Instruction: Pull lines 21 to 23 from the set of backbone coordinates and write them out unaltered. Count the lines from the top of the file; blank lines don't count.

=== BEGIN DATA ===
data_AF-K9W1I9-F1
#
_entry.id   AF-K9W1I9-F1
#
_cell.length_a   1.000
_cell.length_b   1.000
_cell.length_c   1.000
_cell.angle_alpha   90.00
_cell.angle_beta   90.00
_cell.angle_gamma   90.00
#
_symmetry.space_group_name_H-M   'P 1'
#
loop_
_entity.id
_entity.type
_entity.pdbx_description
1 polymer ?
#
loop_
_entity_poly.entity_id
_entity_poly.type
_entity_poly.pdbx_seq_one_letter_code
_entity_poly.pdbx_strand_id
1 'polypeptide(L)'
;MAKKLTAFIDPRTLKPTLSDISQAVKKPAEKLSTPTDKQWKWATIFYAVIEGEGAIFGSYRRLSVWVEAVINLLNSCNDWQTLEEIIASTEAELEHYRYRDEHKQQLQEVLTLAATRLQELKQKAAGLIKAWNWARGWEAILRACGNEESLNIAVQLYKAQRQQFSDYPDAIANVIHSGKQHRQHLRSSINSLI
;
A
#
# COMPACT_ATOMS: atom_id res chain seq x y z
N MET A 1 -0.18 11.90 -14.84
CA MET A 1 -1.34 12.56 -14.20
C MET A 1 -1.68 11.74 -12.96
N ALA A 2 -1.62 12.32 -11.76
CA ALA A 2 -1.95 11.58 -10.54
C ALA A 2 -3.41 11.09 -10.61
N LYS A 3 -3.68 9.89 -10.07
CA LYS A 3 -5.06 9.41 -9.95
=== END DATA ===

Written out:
_entity_poly.entity_id
_entity_poly.type
_entity_poly.pdbx_seq_one_letter_code